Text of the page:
Florence Exchange: the locations and the historical events
The Florence Exchange had a brief life under Napoleonic domination when it was established, along with the Livorno Exchange, in 1808. The market created by the French did not inspire trust in Florence's merchant class, although the French Code of Commercial Laws stayed in force in the Tuscan Gran Duchy and neither of the exchanges was officially closed down. Only at the end of the 1850s, following the formation of the Banca Nazionale Toscana, was the Florence Stock Exchange re-established by decree of the Grand Duchy in 1859, only a few months before annexation to the Kingdom of Italy, which ratified the law in 1861. In the 1900s, as for the other minor stock exchanges like Bologna, Trieste and Venice, the Florence Stock Exchange was directed by a Listing Committee rather than an Executive Committee. Like the other exchanges, it also ceased operations in the mid-1990s when the stock market was definitively transferred to the electronic platform.
Evidence of meetings between merchants and bankers, who traded the precursors of today's public debt bonds, are found in the Florentine mercantile tradition as early as the 1300s. Although the Florentine credit system was central to the development of European finances, there are no traces of continuity between these early practices and those in the 19th century when the modern exchanges were formed.
In the first half of the 19th century, the Florence marketplace remained second in importance to the lively Livorno market which was very active throughout the century. A strong but short-lived stimulus was given to the Stock Exchange when the capital of the Kingdom of Italy was transferred to Florence between 1864 and 1870, a period during which many banks established offices in the city. When the capital was moved to Rome, Florence underwent a period of intense crisis which, in the stock exchange, took the form of sessions held very irregularly, with frequent public disturbances and intervention on the part of the police authorities.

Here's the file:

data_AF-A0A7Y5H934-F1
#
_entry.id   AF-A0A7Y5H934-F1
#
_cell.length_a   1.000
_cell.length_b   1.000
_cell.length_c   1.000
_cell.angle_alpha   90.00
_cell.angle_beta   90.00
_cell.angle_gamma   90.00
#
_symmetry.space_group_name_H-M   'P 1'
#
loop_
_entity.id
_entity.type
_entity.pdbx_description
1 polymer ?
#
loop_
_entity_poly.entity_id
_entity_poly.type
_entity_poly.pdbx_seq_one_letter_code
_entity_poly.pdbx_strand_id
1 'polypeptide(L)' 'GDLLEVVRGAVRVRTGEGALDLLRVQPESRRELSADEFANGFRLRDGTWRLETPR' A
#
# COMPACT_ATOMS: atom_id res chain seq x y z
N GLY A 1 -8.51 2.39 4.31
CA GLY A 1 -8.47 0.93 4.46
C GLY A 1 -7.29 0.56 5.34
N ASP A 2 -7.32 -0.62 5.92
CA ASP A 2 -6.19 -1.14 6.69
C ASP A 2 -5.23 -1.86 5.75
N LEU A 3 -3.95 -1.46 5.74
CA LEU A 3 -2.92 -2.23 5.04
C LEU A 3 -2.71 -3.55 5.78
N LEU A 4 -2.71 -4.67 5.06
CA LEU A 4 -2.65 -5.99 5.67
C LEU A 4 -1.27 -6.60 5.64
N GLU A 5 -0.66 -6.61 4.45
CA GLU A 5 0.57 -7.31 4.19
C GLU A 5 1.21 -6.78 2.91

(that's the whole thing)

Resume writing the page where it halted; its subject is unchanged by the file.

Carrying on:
During the 20th century, the Florence marketplace followed the same evolution as the other minor stock exchanges, at first acting as a useful local hub in the capital accumulation system, but dwindling in importance as progress was made in telecommunications. Long before open outcry trading was replaced by the electronic system, the Florentine stockbrokers, like those of the other secondary marketplaces, were very active in arbitrage with other exchanges. This process came to a head in the last quarter of the 20th century when the number of stockbrokers fell to two.
Historically, meetings between moneychangers, merchants and bankers used to take place under the Loggia of the New Market. During the period of French domination, the Stock Exchange, along with the entire Chamber of Commerce, was first housed in Palazzo di Parte Guelfa, then in Palazzo della Ruota and then, finally, in the Court of the Uffizi.
The Florence Stock Exchange building was built between 1858 and 1860 along the Arno Riverfront, on the site of a historic atelier called a "tiratoio" where wool used to be hung out to dry. The architectural project had a significant effect on the urban fabric and it met with strident opposition. The monumental new stock exchange building, which eventually became the financial centre of the city, also housed the Chamber of Commerce and the Banca Nazionale Toscana. As part of a renovation of the building's interior between 1931 and 1933, the trading hall of the Florence Stock Exchange was set up. Today the building is the seat of the Chamber of Commerce and the former trading hall houses the Register of Companies.